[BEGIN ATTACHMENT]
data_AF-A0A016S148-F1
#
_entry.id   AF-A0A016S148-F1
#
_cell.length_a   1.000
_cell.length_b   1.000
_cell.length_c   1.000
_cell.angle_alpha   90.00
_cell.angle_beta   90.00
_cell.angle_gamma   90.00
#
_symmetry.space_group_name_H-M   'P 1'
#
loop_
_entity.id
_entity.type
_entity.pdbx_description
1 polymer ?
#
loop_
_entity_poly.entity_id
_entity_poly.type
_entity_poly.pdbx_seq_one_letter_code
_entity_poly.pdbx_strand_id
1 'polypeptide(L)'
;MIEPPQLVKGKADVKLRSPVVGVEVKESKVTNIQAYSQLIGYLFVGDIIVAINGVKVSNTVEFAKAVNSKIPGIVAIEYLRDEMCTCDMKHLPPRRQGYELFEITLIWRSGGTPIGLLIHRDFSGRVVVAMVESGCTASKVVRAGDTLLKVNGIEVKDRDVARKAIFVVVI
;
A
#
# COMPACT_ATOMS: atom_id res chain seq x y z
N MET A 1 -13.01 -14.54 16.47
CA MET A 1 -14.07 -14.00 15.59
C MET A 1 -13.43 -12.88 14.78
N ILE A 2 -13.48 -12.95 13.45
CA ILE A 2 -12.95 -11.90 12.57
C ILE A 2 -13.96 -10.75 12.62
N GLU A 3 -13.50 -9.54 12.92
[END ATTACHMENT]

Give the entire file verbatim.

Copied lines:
data_AF-A0A016S148-F1
#
_entry.id   AF-A0A016S148-F1
#
_cell.length_a   1.000
_cell.length_b   1.000
_cell.length_c   1.000
_cell.angle_alpha   90.00
_cell.angle_beta   90.00
_cell.angle_gamma   90.00
#
_symmetry.space_group_name_H-M   'P 1'
#
loop_
_entity.id
_entity.type
_entity.pdbx_description
1 polymer ?
#
loop_
_entity_poly.entity_id
_entity_poly.type
_entity_poly.pdbx_seq_one_letter_code
_entity_poly.pdbx_strand_id
1 'polypeptide(L)'
;MIEPPQLVKGKADVKLRSPVVGVEVKESKVTNIQAYSQLIGYLFVGDIIVAINGVKVSNTVEFAKAVNSKIPGIVAIEYLRDEMCTCDMKHLPPRRQGYELFEITLIWRSGGTPIGLLIHRDFSGRVVVAMVESGCTASKVVRAGDTLLKVNGIEVKDRDVARKAIFVVVI
;
A
#
# COMPACT_ATOMS: atom_id res chain seq x y z
N MET A 1 -13.01 -14.54 16.47
CA MET A 1 -14.07 -14.00 15.59
C MET A 1 -13.43 -12.88 14.78
N ILE A 2 -13.48 -12.95 13.45
CA ILE A 2 -12.95 -11.90 12.57
C ILE A 2 -13.96 -10.75 12.62
N GLU A 3 -13.50 -9.54 12.92